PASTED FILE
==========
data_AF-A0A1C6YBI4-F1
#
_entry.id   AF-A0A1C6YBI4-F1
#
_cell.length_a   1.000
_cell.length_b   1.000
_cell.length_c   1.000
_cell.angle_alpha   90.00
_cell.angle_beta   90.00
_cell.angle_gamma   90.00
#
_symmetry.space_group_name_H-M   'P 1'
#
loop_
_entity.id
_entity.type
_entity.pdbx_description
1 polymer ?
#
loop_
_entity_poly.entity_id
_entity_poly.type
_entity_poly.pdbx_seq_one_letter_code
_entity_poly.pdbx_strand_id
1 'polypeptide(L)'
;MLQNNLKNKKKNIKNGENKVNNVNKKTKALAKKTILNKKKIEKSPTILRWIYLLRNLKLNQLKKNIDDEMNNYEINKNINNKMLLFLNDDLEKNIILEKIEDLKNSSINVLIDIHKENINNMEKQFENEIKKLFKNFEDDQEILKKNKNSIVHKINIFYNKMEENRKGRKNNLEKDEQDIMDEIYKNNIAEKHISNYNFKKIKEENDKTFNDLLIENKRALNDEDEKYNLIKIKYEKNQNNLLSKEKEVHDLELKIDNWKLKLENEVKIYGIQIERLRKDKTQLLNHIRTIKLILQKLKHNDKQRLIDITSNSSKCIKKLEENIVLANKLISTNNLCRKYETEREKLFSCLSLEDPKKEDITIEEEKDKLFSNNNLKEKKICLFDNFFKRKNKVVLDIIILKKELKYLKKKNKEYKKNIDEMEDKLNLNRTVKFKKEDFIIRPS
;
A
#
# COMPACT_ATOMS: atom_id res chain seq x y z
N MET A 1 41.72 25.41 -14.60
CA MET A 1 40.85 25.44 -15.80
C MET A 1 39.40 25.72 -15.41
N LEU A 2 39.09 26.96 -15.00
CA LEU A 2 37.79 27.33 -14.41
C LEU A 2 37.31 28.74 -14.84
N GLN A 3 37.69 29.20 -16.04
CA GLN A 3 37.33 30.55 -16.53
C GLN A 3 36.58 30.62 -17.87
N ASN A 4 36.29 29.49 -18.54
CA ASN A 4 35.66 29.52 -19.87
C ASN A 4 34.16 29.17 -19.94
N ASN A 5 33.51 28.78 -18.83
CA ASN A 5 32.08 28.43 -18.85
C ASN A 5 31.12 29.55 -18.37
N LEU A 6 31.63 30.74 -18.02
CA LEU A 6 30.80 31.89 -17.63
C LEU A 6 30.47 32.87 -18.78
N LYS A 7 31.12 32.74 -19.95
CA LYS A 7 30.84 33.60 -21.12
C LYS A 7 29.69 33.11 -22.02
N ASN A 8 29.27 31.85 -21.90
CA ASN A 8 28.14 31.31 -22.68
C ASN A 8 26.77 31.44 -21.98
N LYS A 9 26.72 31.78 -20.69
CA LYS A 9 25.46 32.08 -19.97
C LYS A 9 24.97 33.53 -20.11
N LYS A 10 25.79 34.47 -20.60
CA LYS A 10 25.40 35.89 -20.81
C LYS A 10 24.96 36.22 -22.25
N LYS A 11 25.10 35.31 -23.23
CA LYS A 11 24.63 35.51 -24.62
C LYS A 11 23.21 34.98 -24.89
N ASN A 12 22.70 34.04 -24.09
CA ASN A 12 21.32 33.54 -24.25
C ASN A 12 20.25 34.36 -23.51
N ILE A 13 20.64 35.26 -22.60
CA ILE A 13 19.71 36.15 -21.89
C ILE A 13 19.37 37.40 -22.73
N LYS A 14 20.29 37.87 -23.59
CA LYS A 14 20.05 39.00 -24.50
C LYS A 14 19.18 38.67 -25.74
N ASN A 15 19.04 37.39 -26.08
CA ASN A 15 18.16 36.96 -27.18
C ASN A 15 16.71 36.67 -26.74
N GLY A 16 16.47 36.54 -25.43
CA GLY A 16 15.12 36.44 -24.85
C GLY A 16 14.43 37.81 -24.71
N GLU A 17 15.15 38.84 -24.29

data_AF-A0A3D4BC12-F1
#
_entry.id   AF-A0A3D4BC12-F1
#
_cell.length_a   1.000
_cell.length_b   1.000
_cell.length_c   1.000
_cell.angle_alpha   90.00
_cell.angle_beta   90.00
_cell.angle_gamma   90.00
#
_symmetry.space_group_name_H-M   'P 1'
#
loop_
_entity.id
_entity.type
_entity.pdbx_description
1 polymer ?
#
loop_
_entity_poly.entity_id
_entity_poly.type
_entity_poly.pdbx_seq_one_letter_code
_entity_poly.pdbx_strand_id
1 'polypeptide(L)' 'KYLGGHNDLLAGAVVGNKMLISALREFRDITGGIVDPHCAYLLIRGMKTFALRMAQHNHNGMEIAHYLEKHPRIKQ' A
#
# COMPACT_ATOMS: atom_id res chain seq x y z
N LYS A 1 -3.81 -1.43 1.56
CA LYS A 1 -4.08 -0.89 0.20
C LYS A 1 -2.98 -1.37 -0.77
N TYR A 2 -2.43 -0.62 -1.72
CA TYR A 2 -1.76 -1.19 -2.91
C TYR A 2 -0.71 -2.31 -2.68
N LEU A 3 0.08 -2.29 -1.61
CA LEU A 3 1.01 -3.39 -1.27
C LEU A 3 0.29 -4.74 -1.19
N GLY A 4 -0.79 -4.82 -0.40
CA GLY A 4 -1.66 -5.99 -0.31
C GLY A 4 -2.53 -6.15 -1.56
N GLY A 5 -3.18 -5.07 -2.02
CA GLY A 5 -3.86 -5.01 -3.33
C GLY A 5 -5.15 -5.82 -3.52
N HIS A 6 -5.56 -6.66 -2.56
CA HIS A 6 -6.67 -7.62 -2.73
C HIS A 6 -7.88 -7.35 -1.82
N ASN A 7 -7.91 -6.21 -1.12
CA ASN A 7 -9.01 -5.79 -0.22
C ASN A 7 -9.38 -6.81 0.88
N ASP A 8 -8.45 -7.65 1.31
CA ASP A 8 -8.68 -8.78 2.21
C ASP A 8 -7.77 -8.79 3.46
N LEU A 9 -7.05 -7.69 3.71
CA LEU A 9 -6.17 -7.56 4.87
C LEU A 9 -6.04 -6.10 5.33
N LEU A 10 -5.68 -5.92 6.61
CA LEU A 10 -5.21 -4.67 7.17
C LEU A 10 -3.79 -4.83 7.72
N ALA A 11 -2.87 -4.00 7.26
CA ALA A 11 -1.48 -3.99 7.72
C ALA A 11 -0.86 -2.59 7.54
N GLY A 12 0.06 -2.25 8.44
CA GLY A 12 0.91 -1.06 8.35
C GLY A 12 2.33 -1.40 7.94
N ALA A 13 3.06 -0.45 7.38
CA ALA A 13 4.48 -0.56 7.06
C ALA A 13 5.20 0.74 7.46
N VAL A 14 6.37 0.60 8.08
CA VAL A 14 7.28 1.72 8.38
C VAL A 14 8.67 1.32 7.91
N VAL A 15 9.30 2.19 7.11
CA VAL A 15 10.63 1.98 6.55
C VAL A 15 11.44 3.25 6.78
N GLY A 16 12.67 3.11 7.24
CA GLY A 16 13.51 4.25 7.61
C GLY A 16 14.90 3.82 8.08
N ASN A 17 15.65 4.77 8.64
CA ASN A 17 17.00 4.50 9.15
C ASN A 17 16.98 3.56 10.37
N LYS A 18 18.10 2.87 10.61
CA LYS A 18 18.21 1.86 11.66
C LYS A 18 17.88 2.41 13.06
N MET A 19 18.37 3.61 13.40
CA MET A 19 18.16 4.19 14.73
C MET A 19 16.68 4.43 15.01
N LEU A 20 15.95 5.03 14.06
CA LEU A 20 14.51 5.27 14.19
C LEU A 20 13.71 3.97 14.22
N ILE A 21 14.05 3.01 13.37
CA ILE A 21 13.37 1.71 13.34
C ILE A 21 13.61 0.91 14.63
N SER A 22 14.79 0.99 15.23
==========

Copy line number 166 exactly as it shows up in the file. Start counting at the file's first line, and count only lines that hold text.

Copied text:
C LEU A 20 13.71 3.97 14.22